Several lines of evidence suggest that there is an incompatibility between the simultaneous expression of high-level vancomycin resistance and high-level methicillin resistance in S. aureus. PBP 2a is not capable of cross-linking peptidoglycan containing stem peptide modified by the van genes (21, 39). Although it is not universally seen, there are several observations that MRSA passaged in the presence of increasing concentrations of vancomycin has a decrease in oxacillin resistance or has a deleted mecA (1, 36, 41). In the study described here we investigated the genetic and fitness alterations that occurred in three MRSA strains that became oxacillin susceptible during passage to high-level vancomycin resistance in comparison with those of isogenic strains that retained oxacillin resistance during the same vancomycin passage experiments.

MATERIALS AND METHODS

Bacterial strains and media.

All bacterial strains used in this study are listed in Table Table1.1. The bacteria were grown in brain heart infusion (BHI) broth or agar (Becton Dickinson, Sparks, MD) at 37°C with shaking at 220 rpm, unless otherwise noted. Strain 450MHomo is a derivative of strain 450M that was passaged on 6 μg/ml of oxacillin until the strain was homotypically resistant, as determined by population analysis profiling (23, 44). 450MHomoΔmecA is strain 450MHomo with mecA insertionally inactivated by tetM. This was accomplished by transducing plasmid pΔmecA into 450MHomo. This plasmid contains mecA::tetM and a temperature-sensitive origin of replication (20). Transductant colonies were picked and grown on tryptic soy agar with tetracycline at 42°C, the nonpermissive temperature for plasmid replication. Any colonies that grew were then screened for tetracycline resistance, oxacillin sensitivity, and erythromycin sensitivity (resistance is encoded by the pΔmecA backbone). Bacteria with the correct resistance profile were confirmed to contain mecA::tetM by PCR. Strain 3130V32ΔmecA was constructed from strain 3130V32 in the same manner. Strain 450Mex is strain 450M with SCCmec site specifically excised from the chromosome. To accomplish this, plasmid-borne ccrAB was transduced into 450M (34). The transductants were passaged overnight, and an oxacillin-susceptible colony was isolated. PCR amplification across the SCCmec-chromosomal junction was used to confirm the CcrAB-mediated excision of SCCmec.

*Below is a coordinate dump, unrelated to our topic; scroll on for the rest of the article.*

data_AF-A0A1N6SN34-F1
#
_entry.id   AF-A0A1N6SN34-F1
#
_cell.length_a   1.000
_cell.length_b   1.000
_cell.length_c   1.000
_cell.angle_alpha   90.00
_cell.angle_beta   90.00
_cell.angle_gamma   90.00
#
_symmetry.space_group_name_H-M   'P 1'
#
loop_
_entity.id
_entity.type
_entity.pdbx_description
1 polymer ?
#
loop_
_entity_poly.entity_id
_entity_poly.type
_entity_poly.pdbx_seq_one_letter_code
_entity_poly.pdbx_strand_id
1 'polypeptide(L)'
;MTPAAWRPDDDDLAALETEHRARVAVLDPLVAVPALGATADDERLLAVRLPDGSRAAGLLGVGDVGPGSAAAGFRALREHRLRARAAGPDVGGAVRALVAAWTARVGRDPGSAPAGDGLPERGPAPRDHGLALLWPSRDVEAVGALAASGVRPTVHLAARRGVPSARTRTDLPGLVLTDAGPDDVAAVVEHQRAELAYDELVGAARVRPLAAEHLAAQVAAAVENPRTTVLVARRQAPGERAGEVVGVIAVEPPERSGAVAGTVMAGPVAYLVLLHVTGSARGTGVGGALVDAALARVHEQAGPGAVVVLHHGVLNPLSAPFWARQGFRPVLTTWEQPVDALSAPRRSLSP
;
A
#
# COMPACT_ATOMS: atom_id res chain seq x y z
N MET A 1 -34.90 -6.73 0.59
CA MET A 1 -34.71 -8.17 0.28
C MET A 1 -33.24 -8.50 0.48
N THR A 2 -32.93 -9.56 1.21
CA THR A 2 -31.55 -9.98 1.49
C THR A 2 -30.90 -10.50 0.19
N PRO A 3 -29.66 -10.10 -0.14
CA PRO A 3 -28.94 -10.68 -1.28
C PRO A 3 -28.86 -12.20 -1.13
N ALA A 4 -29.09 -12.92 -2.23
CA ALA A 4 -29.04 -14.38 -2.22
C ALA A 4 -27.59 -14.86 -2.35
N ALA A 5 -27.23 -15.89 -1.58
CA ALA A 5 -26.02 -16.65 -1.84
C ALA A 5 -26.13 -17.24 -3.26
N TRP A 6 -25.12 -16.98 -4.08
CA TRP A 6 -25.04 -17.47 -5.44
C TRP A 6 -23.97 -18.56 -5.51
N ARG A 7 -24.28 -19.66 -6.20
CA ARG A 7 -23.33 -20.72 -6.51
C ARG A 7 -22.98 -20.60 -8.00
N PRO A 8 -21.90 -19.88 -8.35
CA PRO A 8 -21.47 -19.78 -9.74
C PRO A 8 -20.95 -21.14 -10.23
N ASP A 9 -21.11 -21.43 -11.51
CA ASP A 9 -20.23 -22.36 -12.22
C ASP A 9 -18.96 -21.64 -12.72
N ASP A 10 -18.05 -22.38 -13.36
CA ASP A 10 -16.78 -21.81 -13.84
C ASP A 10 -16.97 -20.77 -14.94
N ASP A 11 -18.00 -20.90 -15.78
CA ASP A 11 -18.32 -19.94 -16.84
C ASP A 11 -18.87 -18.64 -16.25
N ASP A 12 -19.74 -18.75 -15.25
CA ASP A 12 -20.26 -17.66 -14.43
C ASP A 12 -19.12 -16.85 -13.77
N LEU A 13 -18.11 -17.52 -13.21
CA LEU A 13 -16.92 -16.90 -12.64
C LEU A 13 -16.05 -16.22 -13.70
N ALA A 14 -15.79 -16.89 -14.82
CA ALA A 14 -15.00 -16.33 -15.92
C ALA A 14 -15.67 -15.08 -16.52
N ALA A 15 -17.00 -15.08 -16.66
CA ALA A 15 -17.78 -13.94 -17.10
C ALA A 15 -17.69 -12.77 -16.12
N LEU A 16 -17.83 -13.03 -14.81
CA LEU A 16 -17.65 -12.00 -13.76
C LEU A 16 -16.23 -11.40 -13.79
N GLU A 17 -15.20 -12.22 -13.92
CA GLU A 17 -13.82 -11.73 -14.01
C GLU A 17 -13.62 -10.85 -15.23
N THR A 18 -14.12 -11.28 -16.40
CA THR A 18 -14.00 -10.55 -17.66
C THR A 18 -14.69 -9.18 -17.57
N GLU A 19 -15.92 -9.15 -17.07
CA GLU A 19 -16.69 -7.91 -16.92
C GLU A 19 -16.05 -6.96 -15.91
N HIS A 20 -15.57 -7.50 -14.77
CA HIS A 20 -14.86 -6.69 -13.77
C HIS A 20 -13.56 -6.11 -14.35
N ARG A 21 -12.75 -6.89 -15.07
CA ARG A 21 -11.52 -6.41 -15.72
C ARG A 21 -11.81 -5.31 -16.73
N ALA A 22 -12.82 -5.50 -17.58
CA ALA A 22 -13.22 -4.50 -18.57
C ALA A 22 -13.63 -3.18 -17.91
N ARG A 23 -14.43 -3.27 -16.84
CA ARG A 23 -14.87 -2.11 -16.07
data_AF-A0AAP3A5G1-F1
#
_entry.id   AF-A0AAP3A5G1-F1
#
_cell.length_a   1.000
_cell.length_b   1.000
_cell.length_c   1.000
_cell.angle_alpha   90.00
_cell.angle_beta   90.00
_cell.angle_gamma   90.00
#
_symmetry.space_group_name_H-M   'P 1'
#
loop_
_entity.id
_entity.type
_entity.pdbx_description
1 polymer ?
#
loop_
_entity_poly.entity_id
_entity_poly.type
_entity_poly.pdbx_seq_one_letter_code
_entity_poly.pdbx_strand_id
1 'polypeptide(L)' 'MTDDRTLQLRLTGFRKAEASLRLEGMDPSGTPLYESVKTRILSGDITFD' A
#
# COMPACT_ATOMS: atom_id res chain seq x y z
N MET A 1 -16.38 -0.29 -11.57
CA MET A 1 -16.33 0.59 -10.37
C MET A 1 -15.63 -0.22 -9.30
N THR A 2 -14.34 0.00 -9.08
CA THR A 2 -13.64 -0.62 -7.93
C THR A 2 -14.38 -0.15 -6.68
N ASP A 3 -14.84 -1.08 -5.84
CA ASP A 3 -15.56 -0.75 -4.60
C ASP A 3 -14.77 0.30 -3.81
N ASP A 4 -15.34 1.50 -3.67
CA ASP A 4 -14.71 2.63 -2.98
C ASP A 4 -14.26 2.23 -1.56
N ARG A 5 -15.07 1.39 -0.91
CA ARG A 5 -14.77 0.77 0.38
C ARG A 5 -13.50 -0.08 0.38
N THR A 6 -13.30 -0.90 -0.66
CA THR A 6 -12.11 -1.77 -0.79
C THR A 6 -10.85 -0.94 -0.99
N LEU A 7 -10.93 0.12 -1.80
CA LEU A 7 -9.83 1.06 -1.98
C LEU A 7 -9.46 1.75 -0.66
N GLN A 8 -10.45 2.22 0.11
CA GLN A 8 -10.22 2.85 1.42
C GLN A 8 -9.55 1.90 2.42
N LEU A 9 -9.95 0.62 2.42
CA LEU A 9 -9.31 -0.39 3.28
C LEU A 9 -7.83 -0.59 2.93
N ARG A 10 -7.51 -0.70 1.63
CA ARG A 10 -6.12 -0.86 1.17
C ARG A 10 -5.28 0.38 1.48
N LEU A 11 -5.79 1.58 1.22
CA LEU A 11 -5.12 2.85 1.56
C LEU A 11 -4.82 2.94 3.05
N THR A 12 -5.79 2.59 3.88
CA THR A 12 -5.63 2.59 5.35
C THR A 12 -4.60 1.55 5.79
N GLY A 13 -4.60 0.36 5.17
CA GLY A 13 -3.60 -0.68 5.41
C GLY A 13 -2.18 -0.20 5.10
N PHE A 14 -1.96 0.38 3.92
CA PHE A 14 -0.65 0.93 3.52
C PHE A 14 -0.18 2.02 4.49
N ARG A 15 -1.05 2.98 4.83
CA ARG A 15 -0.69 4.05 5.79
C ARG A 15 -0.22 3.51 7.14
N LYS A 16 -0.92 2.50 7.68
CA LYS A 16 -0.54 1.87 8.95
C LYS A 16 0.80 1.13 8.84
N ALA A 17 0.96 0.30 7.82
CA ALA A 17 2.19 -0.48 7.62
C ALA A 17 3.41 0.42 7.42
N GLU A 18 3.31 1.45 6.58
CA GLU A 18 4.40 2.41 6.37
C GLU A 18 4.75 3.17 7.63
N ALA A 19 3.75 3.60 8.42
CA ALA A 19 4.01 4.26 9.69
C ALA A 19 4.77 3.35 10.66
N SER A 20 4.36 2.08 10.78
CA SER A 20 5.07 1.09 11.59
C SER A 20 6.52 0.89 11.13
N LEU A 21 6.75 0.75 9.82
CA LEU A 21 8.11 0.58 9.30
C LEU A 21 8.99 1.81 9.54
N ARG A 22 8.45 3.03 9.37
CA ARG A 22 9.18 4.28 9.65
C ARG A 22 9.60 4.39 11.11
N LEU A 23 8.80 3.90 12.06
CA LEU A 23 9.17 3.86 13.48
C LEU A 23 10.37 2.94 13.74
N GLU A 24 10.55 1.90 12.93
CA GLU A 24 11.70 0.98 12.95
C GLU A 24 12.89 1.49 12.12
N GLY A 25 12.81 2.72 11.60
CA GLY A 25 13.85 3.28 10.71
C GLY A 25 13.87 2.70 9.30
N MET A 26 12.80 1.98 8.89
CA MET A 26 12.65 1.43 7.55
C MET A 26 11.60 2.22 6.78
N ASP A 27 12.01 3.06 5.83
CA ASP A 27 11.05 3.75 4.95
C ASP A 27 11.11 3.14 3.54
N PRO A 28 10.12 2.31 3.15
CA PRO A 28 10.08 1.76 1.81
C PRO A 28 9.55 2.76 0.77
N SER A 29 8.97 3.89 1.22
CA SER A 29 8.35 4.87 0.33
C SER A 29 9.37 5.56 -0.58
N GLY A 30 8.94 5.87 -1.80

TABLE 1.
Staphylococcus aureus strainsa

Vancomycin passage technique.

A single colony of each strain was grown in broth with increasing levels of vancomycin (0.5, 1, 2, 4, 8, 12, 16, 20, 24, 28, and 32 μg/ml; Sigma Aldrich, St. Louis, MO) until a thick culture (optical density at 600 nm [OD600] > 1.0) grew (up to 48 h). The strains were then streaked onto BHI agar with the same concentration of vancomycin as that in their most recent growth broth to confirm their stability and resistance level. A single colony was then selected from the plate and used for continued passage. The strains were passaged once in broth at each concentration of vancomycin up to 32 μg/ml, passaged three times at 32 μg/ml, and then maintained on BHI agar containing 32 μg/ml of vancomycin. Colonies were selected from the 32-μg/ml vancomycin plate and streaked onto plates containing 6 μg/ml of oxacillin. Isolate pairs that could (strains 3130V32, 5827V32, and 5836V32; oxacillin resistant) and could not (strains 3130VR, VP32, and 5836VR; oxacillin susceptible) grow on oxacillin were saved (Table (Table11).

Antimicrobial susceptibility testing.

MICs were determined by broth microdilution in cation-adjusted Mueller-Hinton broth (Becton Dickinson, Cockeysville, MD), according to the Clinical and Laboratory Standards Institute (formerly NCCLS) guidelines (33).

PFGE.

The preparation of genomic DNA and separation by pulsed-field gel electrophoresis (PFGE) were adapted from the method of Bannerman et al. (2). Agarose plugs containing genomic DNA were prepared from overnight cultures and digested with SmaI (Promega, Madison, WI). Each plug was placed into a well of a 1% agarose gel and run under the following parameters: 6 V/cm; initial switching time, 1 s; final switching time, 30 s; run time, 22 h; run temperature, 14°C. The bands were visualized with UV light after ethidium bromide staining.